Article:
How new flood risk maps could undermine marginalized neighborhoods

Floods are among the most destructive and expensive climate-related disasters in the US. Not just for cities and states, but for individual homeowners.

More homes are at risk of severe flooding than we used to think. On June 29, the New York-based nonprofit research outfit First Street Foundation published a remarkable set of updated flood maps for the continental US, revealing that official flood maps leave out huge swaths of the country—both on the coast and alongside inland rivers—that are, in fact, at high risk. The 14.6 million homes the maps show are exposed to a major “100-year” flood is nearly twice the official estimate.

That new, more accurate information is a critical tool for homebuyers. It can help community groups advocate for infrastructure upgrades, and guide insurance pricing that could be an effective deterrent to building in risky areas. But depending on how the revised maps get used, they could end up leaving some high-risk areas even more exposed, some economists warn.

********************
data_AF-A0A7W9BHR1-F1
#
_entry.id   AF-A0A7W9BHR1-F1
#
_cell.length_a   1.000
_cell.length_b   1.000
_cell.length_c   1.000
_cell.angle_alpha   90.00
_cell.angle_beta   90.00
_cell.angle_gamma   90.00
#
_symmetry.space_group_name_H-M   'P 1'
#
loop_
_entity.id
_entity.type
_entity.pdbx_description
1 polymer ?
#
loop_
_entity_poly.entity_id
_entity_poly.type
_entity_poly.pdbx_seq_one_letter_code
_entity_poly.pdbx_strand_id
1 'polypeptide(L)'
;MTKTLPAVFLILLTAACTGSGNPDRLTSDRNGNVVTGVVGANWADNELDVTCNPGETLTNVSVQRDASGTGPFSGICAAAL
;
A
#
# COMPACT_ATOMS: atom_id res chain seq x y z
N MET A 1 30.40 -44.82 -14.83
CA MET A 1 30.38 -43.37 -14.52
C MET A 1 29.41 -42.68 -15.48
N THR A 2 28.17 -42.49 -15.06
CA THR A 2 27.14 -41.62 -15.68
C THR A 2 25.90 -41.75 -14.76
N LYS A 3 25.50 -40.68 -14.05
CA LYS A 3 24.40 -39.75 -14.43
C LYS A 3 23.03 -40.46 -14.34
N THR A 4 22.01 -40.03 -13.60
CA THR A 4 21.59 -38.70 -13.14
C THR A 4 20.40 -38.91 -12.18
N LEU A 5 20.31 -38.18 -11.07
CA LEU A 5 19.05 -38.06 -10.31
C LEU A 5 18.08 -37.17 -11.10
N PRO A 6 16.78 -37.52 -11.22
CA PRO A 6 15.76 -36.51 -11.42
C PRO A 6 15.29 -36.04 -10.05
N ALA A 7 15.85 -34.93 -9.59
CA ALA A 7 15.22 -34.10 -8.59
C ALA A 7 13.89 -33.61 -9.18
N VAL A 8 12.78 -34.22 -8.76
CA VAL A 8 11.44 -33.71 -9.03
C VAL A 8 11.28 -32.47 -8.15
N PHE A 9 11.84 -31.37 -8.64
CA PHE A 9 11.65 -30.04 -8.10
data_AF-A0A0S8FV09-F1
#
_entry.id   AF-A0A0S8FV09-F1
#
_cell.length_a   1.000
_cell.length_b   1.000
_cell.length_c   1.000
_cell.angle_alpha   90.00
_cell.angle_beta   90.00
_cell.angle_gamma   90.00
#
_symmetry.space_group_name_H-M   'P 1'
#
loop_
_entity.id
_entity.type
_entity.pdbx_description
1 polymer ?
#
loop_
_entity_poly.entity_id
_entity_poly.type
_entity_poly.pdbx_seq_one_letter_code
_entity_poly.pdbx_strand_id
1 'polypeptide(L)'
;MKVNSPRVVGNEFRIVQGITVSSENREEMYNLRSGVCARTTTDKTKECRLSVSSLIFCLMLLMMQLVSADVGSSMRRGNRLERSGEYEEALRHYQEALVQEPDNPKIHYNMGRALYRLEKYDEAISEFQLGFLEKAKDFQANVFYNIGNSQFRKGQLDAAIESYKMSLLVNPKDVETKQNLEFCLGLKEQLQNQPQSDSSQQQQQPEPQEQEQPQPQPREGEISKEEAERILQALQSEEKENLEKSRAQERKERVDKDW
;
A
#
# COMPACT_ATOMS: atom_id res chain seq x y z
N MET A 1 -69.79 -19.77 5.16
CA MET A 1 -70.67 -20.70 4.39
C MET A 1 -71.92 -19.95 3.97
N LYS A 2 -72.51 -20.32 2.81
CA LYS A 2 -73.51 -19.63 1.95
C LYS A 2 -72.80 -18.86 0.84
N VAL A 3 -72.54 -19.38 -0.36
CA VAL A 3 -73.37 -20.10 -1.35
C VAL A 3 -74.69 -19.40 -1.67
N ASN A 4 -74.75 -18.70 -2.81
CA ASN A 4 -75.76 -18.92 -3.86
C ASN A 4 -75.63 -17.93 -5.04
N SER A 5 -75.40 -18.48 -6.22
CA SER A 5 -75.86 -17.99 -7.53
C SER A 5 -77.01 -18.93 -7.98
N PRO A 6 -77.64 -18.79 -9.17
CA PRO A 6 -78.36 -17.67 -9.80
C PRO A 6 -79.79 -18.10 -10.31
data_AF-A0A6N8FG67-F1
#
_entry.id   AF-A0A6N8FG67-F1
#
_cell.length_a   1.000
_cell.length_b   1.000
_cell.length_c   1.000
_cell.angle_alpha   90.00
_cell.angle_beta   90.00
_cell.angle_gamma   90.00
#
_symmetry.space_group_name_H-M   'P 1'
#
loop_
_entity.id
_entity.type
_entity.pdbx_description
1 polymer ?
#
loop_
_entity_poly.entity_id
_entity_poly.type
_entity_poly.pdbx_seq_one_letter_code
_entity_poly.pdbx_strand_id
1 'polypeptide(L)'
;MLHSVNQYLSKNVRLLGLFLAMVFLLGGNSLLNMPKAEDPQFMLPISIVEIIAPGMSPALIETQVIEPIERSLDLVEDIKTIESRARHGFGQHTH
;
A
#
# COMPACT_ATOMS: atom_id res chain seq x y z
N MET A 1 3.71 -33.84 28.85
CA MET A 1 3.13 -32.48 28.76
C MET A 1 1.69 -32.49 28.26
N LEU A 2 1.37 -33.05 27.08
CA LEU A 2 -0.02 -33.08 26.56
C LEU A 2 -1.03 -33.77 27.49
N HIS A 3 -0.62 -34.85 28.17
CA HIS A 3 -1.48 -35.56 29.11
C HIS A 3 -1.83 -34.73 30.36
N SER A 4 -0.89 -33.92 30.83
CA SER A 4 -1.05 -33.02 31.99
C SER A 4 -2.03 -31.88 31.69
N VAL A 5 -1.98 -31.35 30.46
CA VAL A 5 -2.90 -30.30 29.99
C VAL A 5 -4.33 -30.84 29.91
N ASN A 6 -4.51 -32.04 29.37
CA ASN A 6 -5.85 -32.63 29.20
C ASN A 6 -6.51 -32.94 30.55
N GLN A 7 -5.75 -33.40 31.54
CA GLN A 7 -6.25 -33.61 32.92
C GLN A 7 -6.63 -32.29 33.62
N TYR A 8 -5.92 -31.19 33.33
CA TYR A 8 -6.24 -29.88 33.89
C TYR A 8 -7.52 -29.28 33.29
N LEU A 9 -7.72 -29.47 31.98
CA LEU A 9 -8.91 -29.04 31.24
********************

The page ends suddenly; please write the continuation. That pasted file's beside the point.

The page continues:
Read the rest of this story on Become a member to get unlimited access to Quartz’s journalism.

For Android Mobile users Ilwareed Online has an App available on Google Play Store, with this App you can get the latest News and Political Analysis every minute.
Download Ilwareed Now.

Follow us on Twitter #ilwareed and Facebook #ilwareedonline